Boat Project Destroyed by Winter Storm

Most shipwrecks happen at sea and involve loss of life. Mine happened in my yard and no one died. Anyone familiar with my blog knows that I like to fix old boats and have at various times reported on the progress of one of my projects, a 1973 Pearson-30 sailboat. Well, the gig is up.

mast pic

The mast on horses in my drive this summer. Cleaned, alumi-guarded, rewired and all rigging inspected

A freak winter storm, an October nor’easter, blew through before Halloween and dumped 5 inches of heavy wet snow. The leaves hadn’t even fallen from the trees and with the added weight of the snow, limbs snapped and it rained wood down on my property. One large limb in particular smashed a skylight, rolled down the roof tearing a gutter off the house, and made a perfect dive, bending my mast beyond saving.

The complete rig for this boat was the reason I bought the damaged hull for a $1. It had been stored inside for 10 years while the hull sat outside full of water. I figured I could fix wood and fiberglass, but the rig, valued at $5,000, was my motivation. Now it is a twisted piece of scrap.

mast pic

The mast laying on blocks

I have owned this boat for 5 years, long for a project of this nature, and for me. I have collected equipment (my basement is full of it) and slowly worked on the boat as time and money allowed.  I had recently noticed the wood blocking used to support the keel was rotting, leading the boat to settle more than I was comfortable with. So I purchased extra jackstands, got it back on level, then cleaned the topsides and re-covered the boat.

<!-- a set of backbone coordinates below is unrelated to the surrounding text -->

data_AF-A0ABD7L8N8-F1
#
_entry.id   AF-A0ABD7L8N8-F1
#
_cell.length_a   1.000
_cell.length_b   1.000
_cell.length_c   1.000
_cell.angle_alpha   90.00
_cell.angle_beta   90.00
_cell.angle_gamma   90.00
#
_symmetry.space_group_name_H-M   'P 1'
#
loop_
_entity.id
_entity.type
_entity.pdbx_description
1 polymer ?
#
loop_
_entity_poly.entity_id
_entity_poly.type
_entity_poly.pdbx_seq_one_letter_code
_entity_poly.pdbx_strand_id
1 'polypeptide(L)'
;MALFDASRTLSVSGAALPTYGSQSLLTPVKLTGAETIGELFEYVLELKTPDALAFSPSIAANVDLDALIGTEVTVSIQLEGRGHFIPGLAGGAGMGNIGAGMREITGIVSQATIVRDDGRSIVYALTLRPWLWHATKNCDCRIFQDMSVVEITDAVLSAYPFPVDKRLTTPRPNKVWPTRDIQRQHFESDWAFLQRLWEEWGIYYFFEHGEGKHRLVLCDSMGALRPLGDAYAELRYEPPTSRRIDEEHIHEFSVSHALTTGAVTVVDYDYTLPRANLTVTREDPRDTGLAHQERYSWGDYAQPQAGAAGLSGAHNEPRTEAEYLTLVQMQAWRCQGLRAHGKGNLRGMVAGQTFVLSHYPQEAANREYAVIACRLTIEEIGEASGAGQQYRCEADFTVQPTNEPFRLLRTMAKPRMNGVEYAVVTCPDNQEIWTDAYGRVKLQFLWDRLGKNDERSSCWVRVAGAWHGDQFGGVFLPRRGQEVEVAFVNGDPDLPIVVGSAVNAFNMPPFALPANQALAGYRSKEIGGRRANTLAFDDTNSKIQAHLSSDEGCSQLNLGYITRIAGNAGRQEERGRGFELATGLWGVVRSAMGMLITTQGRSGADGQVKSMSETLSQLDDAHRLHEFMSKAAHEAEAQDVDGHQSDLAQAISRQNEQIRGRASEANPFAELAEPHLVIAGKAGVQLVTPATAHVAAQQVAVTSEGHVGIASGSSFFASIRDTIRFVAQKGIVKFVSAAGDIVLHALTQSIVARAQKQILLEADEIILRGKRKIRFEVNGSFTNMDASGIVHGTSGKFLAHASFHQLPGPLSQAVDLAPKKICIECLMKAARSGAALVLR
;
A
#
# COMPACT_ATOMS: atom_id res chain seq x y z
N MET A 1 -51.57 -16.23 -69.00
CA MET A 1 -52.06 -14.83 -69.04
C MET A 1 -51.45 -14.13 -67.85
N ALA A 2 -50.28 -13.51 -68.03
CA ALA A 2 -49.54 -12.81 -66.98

mast with tree

This tree limb bent more than aluminum, it put a kink in my dreams too

With the boat supposedly secure for the winter, I imposed on my neighbors to move the mast out of my driveway last week, where I had been working on it, so the snowplow wouldn’t hit it—right to the spot it got blasted.

I was close to launching the boat this spring and was quite sure next year it would be back floating. The mahogany interior and other improvements will have to wait. Now I can only hope my homeowner’s insurance will cover my investment–it certainly can’t cover my frustration. This was one exit strategy I had not anticipated. I’m sure it will take longer to resolve than it has to sweep the glass out of my driveway.

For those of you who have not seen my blogs on this topic you can catch up with Boat Flippers in a down Market and Fixing a Used Boat.

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